Thursday, March 27, 2008

The Denial of Depth

Depth. Unfortunately I forgot to bring a copy of Raymond Williams’s Keywords to Riga, but it must be in there. If one of the three people who will read this has a copy, look it up for me.

It’s a one-word platitude, the most efficient textual gateway to the many spatial metaphors that have allowed so much of nineteenth-century Germanic idealism to maintain its grip on the categories through which we think about art in 2008. And it played a predictably prominent role in David Hajdu’s recent review for the New Republic of a recent collaboration by Philip Glass and Leonard Cohen.

I should lay may cards on the table: I am responding to Hajdu’s analysis, not his opinions, but the work he reviews, entitled Book of Longing, impressed the hell out of me when I saw it performed at the Barbican in London this Fall. To invoke another one-word platitude, I would even say I was moved by the performance, at least in the sense that by the end of the first hour I felt possessed by an understanding I couldn’t articulate. Perhaps it was a dose of that aural sublime that musical minimalism is always so successful at invoking in performance, in which case I imagine I’m guilty of the usual critical lapse that comes over me when I listen. Perhaps it had something to do with frustrated expectations - I was sure going into the concert that the piece would be garbage. But there was something else, too; an excess; and Hajdu’s review got my hermeneutic gears turning.

I’ll quote Hajdu extensively, to give a sense of the crux of his criticism:

“The Cohen-Robinson song “A Thousand Kisses Deep” [referring to a previous song with the same lyrics] is a wafting R&B lament – hypnotic, though diminished a bit by the recording’s Euro-pop synths and cheesy programmed drums. The Glass setting of the same lyrics, “You Came to Me This Morning,” is rigid and strident when it should be lyrical; the chords jerk about awkwardly, and the melody follows, too closely, in kind. At more than ten minutes in length, the song, like much of Glass’s music, seems endless - a thousand kisses long, but skin deep.”

“…there are larger problems with this music, and they are the enduring vexations of Philip Glass’s work: its glibness, its mechanical character, its seeming arbitrariness. The music is, on the whole, frigid. It does not evoke or stir much feeling, and this is a failure close to sin in work connected to Leonard Cohen.”

“…The singers Glass employs on Book of Longing scarcely help. Glass composed the melodies to fall in the lower parts of each singer’s register, an approach sometimes used to discourage concert artists from over-singing. Yet the four here all over-sing, articulating the lyrics with a formality and a theatricality wholly inappropriate to Cohen’s casual, intimate language. The effect is comical, sadly…”

The reason I found this review so stimulating is that I agree with all of Hajdu’s characterizations, and yet find them all salutary. In his disavowal of the piece he sums up many of the reasons that, both in the immanence of listening and upon critical reflection, I find it fabulous.

For Hajdu, Glass’s composition is a betrayal. It renders intensely emotional lyrics “skin deep,” robbing them of their “feeling.” The trope here, used most frequently in criticisms of cover songs or re-adaptations of lyrics, is familiar enough, especially in responses to Glass – a square, cold-hearted intellectual robs an “artist” of the ineffable humanity of his work. Performative authenticity is reduced to flat, emotionless monotone in a misanthropic intervention that blithely ignores everything “natural” about the original.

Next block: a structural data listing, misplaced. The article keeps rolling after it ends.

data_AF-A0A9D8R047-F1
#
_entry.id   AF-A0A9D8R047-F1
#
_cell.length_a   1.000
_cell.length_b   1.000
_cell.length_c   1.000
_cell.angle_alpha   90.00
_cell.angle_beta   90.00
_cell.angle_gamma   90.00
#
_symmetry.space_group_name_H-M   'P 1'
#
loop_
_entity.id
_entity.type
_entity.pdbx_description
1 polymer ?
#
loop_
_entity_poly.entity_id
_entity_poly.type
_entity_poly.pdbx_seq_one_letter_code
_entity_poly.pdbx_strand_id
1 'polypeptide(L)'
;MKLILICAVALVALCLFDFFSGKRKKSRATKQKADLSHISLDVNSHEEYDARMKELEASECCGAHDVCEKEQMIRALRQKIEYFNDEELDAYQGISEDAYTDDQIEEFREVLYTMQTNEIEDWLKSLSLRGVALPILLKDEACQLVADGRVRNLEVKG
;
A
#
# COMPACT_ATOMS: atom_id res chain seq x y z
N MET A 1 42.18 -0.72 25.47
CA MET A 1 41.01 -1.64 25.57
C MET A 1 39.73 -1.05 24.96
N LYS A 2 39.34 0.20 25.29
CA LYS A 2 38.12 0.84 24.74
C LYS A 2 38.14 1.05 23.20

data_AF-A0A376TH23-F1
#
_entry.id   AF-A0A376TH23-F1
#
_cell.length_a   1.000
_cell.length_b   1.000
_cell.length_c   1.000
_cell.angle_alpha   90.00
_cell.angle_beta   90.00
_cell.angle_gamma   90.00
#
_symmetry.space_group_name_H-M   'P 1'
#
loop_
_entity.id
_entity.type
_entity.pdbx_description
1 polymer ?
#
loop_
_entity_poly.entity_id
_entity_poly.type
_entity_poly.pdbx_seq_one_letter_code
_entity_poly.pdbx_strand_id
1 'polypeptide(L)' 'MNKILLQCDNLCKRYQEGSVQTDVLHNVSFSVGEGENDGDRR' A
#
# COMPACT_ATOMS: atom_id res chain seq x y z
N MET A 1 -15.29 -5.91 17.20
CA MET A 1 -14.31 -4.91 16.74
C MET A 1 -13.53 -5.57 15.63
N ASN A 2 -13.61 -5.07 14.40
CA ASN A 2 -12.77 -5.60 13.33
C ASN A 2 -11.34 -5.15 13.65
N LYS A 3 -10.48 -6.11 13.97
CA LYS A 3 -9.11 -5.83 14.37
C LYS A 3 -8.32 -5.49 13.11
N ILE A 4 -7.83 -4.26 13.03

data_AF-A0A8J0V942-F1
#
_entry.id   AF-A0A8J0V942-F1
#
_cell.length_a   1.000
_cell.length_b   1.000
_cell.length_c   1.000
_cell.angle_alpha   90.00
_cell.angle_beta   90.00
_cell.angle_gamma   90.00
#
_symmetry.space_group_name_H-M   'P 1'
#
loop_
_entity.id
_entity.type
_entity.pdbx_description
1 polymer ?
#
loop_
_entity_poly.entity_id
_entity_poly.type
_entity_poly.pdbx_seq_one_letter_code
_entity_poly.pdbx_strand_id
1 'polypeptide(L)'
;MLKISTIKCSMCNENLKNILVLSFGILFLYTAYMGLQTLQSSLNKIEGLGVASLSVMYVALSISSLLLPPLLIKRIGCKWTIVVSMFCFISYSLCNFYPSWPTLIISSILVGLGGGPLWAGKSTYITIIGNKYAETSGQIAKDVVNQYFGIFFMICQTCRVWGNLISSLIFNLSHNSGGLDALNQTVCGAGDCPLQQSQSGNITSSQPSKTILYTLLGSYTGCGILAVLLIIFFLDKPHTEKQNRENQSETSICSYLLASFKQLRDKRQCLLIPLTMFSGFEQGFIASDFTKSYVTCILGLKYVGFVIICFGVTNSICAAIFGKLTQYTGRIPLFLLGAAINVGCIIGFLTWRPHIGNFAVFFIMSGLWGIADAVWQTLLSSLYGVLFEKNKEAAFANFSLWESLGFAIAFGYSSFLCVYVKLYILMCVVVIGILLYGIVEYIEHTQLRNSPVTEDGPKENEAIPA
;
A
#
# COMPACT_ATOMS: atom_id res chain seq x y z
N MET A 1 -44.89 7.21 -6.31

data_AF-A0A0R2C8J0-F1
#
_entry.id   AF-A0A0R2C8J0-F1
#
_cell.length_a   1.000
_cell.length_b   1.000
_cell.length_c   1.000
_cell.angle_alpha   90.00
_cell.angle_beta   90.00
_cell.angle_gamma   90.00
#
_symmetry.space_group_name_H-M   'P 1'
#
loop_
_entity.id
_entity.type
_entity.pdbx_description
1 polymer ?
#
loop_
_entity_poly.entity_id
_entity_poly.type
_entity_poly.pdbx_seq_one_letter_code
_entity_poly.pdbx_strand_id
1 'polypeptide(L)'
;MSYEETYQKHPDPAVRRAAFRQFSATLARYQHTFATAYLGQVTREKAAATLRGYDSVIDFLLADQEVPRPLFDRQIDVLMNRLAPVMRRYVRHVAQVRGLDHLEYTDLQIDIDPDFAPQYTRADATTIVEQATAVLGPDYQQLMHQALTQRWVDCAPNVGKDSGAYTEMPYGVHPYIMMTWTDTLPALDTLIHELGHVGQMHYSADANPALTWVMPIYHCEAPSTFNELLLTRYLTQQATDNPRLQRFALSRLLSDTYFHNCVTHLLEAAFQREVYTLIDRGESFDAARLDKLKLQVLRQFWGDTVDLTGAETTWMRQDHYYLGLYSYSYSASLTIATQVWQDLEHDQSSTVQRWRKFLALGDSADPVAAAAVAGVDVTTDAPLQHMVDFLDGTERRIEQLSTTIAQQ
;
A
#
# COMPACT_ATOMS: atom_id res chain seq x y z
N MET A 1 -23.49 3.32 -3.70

It’s a critical trope that has kept a lot of popular music critics employed over the years. These self-appointed defenders of “soul” will reject almost any critical intervention into the “authentic” emotionality of an original, of a “true artist,” with little concern for the disingenuous spirit in which these categories might be deployed. (Culture Industry, anyone?)

I’ll try a different reading.

This piece was about the depthlessness of “depth.” It was moving because it so thoroughly negated the disingenuous emotionality – the “soul,” perhaps – that conventionally makes canned music seem “deep.” In this negation, however, it affirmed something we might not have noticed before about Leonard Cohen – namely, that his utter inability to carry a tune, and his producers’ apparent fascination with dated synthesizers and drum machines (a fascination Glass shares), lend an almost sultry apathy, or at least ambivalence, to his delivery. We hear it in the recordings of Cohen’s voice that pop up throughout the piece. The chintzy rhyming couplets, to use Cohen’s own words, “sink like rocks” in his gravelly cadence, which straddles the mythic personae of tortured poet and seasoned nihilist – Coleridge and Kafka, Otis Redding and Frank Zappa. But which way do they sink? To the depths of meaninglessness? Of Depression? Of “profundity”? Most likely the latter – the chintzy rhyming couplets sink like rocks to the depths of profundity.

In other words, Book of Longing negates itself at every turn, leaving the listener with a flatness, an excess of nothingness, a barrage of platitudes. It’s Glass at his very best, and no, I’m not reading with or against the grain here. There is no grain. Nor is there an author.

For Cohen, meanwhile, it highlights something we might not have seen before: like Bob Dylan at his most “soulful” and overwrought, his music gives us room to question the efficacy and authenticity of melodrama even as it spins it out ad nauseum. Both Cohen and Dylan are unquestionably full of shit in the must salutary way, and we are all the richer for it. Glass, meanwhile, continues to inhabit a shit-filled persona of his own, disallowing all but the most depraved and absurd of idealist readings.